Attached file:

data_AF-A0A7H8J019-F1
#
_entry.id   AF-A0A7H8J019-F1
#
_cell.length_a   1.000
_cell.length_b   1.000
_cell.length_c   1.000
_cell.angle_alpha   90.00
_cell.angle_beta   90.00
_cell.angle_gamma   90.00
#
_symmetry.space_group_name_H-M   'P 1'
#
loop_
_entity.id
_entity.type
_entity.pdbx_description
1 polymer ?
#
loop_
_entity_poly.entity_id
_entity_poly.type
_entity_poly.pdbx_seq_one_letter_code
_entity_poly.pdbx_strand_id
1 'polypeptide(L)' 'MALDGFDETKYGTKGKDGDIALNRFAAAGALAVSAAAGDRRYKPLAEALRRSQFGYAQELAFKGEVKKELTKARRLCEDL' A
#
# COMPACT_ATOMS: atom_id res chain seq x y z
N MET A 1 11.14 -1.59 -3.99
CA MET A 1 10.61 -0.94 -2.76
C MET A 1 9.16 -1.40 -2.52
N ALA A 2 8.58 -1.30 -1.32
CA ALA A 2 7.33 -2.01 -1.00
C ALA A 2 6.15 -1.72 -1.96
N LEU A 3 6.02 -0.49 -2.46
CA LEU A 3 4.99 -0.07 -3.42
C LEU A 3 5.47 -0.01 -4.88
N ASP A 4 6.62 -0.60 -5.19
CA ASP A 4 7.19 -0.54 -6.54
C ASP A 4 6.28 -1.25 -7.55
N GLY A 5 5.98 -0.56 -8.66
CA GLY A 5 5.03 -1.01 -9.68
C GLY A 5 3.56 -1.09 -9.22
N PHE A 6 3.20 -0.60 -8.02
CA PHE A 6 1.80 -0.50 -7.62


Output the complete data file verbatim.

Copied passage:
data_AF-A0A7H8J019-F1
#
_entry.id   AF-A0A7H8J019-F1
#
_cell.length_a   1.000
_cell.length_b   1.000
_cell.length_c   1.000
_cell.angle_alpha   90.00
_cell.angle_beta   90.00
_cell.angle_gamma   90.00
#
_symmetry.space_group_name_H-M   'P 1'
#
loop_
_entity.id
_entity.type
_entity.pdbx_description
1 polymer ?
#
loop_
_entity_poly.entity_id
_entity_poly.type
_entity_poly.pdbx_seq_one_letter_code
_entity_poly.pdbx_strand_id
1 'polypeptide(L)' 'MALDGFDETKYGTKGKDGDIALNRFAAAGALAVSAAAGDRRYKPLAEALRRSQFGYAQELAFKGEVKKELTKARRLCEDL' A
#
# COMPACT_ATOMS: atom_id res chain seq x y z
N MET A 1 11.14 -1.59 -3.99
CA MET A 1 10.61 -0.94 -2.76
C MET A 1 9.16 -1.40 -2.52
N ALA A 2 8.58 -1.30 -1.32
CA ALA A 2 7.33 -2.01 -1.00
C ALA A 2 6.15 -1.72 -1.96
N LEU A 3 6.02 -0.49 -2.46
CA LEU A 3 4.99 -0.07 -3.42
C LEU A 3 5.47 -0.01 -4.88
N ASP A 4 6.62 -0.60 -5.19
CA ASP A 4 7.19 -0.54 -6.54
C ASP A 4 6.28 -1.25 -7.55
N GLY A 5 5.98 -0.56 -8.66
CA GLY A 5 5.03 -1.01 -9.68
C GLY A 5 3.56 -1.09 -9.22
N PHE A 6 3.20 -0.60 -8.02
CA PHE A 6 1.80 -0.50 -7.62